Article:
Judith Dunbar Hines' Chicken in Champagne Sauce, photographed at her home kitchen Wednesday, July 25, 2012, in Chicago | John J. Kim~Sun-Times
Updated: September 9, 2012 6:02AM
After more than 30 years of teaching cooking, it’s safe to say I’ve met just about every type of student.
To get to know them, I often ask students to identify themselves in one of these categories: I Can’t Cook; I Watch Cooking Shows on TV; I Need Practice; I Want To Impress; I Love To Bake. From the answers, I can gauge their experience and interests.
The “I Can’t Cook” group has tried but failed, often because they didn’t have the skills or equipment necessary.
“I Watch Cooking Shows” respondents are interested in showy recipes, unique ingredients and are very adventurous. “I Need Practice” usually indicates intermediate cooks who are looking to sharpen their skills to be more successful.
Those checking off “I Want to Impress” are looking for that one great recipe to wow their friends, plus some chef secrets to give the impression they are much more skilled than they actually are.
And others who answer “I Love to Bake” usually are left-brained perfectionists who will have great success with baking and other complicated tasks.
If you have found yourself among these generalizations, you may be ready for a cooking class, where you will learn how to achieve new success in the kitchen by finding new recipes, flavors, techniques and new joy in cooking.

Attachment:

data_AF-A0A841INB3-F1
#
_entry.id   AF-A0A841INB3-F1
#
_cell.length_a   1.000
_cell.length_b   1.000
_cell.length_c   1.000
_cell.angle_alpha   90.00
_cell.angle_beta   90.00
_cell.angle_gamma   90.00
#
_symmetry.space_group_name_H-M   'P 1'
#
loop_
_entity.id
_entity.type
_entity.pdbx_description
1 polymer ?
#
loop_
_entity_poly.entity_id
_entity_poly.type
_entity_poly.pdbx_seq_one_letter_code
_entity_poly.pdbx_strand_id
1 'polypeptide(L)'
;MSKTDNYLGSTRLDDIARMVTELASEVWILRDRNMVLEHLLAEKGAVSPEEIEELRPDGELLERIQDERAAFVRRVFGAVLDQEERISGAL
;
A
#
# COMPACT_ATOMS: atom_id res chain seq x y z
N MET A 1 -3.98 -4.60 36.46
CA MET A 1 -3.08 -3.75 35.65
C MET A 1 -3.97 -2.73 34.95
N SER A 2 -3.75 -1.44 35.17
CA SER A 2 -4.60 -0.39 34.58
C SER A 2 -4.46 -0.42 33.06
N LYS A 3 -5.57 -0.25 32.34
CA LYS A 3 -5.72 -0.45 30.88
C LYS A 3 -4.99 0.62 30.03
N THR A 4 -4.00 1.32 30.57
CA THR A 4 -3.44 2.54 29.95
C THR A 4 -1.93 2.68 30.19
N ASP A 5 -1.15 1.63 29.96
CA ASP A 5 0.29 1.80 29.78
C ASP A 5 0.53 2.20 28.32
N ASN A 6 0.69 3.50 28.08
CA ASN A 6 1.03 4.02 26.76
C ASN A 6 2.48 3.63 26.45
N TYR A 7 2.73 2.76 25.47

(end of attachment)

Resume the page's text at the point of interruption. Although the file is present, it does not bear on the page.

Knowing how to cook will bring new self-esteem, in the kitchen and sometimes outside it. Being adventurous widens your horizons, culinarily and culturally. Practicing skills will add speed, safety and accuracy to everyday meals as well as cooking for others.
Impressing guests always is fun! And indulging perfectionism, when applied to following recipes of every kind, will improve kitchen results, while stepping into a slightly more free-wheeling style once the rules are understood often encourages that cook to spread their culinary wings.
This recipe for Chicken in Champagne Sauce is one that stars in a basic cooking series I frequently teach.
It is designed to incorporate the categories above. Extremely simple, it uses a minimum of kitchen equipment.
Those who watch cooking shows or want to impress can add a dash of creativity by changing the liquid — broth, a different wine, even orange juice — or choosing a different herb combination to give delicious results and make this dish their own.
For those who need practice and for those focused on precise instructions, carefully monitoring the heat levels and learning the difference between saute (browning in a hot pan with little oil) and braise (browning first, then adding liquid and cooking at a low temperature in a closed container) will expand their skills beyond “fry the chicken in a pan” level.
In a class, the teacher will regularly demonstrate special tips and tricks that make all the difference. The ah-ha moment here is the swirl of a bit of butter in the end, making a silky, flavorful and very French-style sauce.
Sharing those ah-ha moments are what make it gratifying for the teacher, and interesting and worthwhile for the student.
Judith Dunbar Hines is a cooking teacher, tour guide, writer and culinary consultant in Chicago. Visit www.judithdunbarhines.com for information on her upcoming classes.